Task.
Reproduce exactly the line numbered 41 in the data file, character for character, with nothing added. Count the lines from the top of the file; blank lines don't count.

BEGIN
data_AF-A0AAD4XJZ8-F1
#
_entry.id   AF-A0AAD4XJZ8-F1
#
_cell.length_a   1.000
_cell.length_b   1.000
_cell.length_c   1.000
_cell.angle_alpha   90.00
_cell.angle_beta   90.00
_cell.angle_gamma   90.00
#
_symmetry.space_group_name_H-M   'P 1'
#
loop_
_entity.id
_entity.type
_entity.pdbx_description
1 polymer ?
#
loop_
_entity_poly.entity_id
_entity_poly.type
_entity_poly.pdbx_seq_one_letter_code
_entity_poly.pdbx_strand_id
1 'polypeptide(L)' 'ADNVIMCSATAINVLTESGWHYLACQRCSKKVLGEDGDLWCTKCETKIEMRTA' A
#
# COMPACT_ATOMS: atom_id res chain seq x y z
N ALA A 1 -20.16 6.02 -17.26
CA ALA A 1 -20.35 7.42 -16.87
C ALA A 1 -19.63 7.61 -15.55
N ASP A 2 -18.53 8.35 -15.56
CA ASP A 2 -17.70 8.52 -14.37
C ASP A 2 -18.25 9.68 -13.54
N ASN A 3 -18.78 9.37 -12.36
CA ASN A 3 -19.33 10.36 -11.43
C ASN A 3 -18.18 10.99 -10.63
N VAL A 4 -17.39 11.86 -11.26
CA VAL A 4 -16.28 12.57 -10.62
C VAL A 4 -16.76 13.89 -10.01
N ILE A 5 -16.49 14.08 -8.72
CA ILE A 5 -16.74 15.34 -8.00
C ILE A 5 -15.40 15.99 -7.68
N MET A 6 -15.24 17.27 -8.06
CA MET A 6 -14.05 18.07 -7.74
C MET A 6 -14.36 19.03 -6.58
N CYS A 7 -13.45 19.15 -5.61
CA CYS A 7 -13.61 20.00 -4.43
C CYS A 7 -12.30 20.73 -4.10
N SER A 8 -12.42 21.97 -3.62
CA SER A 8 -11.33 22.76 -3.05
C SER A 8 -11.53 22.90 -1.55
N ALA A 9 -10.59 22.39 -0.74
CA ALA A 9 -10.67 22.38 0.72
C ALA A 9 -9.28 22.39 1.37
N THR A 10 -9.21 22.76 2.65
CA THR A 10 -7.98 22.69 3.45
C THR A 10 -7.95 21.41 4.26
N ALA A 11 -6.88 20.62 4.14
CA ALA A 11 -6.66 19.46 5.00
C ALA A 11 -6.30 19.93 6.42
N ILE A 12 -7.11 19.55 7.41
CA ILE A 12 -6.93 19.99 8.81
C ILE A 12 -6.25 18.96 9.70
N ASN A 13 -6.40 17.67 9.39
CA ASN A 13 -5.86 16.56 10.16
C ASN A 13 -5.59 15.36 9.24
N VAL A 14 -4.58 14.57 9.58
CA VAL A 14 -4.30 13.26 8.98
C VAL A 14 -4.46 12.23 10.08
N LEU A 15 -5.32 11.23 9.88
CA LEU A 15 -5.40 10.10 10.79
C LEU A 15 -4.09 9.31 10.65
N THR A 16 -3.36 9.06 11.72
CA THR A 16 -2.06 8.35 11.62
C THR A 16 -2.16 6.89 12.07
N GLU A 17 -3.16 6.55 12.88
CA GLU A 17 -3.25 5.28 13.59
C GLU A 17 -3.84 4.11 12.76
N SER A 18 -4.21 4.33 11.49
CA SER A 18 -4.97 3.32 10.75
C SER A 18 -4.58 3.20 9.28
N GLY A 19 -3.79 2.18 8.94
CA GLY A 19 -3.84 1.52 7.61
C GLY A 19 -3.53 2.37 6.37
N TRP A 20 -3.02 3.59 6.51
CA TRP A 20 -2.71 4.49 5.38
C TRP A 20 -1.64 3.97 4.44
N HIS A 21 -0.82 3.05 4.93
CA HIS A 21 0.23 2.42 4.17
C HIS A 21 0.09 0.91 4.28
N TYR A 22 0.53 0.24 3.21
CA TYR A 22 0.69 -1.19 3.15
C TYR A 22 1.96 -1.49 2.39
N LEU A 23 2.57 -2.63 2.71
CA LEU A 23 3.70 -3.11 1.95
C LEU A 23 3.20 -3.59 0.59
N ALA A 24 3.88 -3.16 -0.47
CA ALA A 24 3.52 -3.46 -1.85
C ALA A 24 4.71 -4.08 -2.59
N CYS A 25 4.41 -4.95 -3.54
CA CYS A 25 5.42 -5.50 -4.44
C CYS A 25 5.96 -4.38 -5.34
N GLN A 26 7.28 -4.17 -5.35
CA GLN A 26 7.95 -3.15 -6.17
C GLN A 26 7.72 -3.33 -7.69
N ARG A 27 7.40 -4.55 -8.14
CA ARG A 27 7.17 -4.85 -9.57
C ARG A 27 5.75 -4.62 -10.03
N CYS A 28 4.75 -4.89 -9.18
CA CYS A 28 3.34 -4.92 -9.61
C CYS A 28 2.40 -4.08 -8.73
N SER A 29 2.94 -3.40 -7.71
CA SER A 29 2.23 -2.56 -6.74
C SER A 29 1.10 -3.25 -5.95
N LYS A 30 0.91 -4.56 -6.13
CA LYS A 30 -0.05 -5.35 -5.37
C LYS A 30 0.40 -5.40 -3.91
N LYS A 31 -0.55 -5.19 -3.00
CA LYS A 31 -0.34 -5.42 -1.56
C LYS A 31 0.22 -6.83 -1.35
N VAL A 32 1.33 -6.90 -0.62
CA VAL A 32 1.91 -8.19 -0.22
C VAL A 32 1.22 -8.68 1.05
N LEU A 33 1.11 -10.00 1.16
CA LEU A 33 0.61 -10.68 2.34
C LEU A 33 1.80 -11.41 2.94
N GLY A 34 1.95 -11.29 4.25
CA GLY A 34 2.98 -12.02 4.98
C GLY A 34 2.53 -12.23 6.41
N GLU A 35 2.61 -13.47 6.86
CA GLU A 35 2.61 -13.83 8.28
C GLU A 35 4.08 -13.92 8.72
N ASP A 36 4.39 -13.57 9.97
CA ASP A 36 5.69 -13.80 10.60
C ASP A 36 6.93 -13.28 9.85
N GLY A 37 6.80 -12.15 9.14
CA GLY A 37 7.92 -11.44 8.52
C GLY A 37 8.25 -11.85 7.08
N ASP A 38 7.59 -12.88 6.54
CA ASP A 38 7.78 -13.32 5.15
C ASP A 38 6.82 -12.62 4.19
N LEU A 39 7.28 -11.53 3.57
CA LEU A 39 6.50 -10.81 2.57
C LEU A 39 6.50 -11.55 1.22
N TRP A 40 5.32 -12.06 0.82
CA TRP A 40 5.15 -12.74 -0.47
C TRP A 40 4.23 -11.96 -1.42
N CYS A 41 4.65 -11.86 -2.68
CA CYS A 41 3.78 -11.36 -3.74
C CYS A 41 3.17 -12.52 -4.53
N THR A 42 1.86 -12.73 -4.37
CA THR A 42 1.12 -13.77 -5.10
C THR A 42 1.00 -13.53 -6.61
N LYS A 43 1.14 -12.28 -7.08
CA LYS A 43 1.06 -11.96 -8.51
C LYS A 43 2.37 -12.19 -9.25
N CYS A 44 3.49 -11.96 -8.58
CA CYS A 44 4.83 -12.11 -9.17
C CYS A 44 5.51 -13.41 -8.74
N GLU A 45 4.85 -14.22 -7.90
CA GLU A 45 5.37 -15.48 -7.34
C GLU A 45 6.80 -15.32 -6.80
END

CA ILE A 5 -16.74 15.34 -8.00